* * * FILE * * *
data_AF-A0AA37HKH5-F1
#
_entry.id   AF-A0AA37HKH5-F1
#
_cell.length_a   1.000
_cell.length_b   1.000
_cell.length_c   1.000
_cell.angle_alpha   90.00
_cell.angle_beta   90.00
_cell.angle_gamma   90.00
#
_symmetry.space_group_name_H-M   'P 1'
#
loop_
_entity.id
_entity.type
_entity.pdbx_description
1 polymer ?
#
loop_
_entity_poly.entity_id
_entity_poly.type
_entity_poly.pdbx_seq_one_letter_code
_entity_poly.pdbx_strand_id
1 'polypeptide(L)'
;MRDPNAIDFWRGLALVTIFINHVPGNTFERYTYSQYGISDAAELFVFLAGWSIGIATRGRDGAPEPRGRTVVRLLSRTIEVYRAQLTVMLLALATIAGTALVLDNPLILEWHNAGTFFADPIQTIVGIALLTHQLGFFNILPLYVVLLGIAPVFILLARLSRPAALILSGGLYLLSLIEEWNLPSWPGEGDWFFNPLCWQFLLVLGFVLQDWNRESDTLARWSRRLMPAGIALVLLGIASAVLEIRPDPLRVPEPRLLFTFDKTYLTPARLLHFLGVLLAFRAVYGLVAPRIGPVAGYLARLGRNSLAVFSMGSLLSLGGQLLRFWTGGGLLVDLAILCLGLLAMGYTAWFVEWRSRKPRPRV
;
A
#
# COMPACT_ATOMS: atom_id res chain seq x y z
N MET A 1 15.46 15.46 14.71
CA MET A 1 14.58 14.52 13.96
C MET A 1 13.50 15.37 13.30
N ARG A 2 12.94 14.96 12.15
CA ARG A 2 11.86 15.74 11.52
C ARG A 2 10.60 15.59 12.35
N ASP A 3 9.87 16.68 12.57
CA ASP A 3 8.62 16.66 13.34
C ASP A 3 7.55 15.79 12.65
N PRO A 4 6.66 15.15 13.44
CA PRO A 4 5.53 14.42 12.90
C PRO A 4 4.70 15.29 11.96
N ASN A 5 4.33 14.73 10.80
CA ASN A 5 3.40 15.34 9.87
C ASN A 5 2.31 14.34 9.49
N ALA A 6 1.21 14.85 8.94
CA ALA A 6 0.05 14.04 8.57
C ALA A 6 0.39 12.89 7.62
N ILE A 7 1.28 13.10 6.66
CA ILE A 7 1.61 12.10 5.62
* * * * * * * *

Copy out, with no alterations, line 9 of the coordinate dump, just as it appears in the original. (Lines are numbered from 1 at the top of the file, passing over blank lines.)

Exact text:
_cell.angle_beta   90.00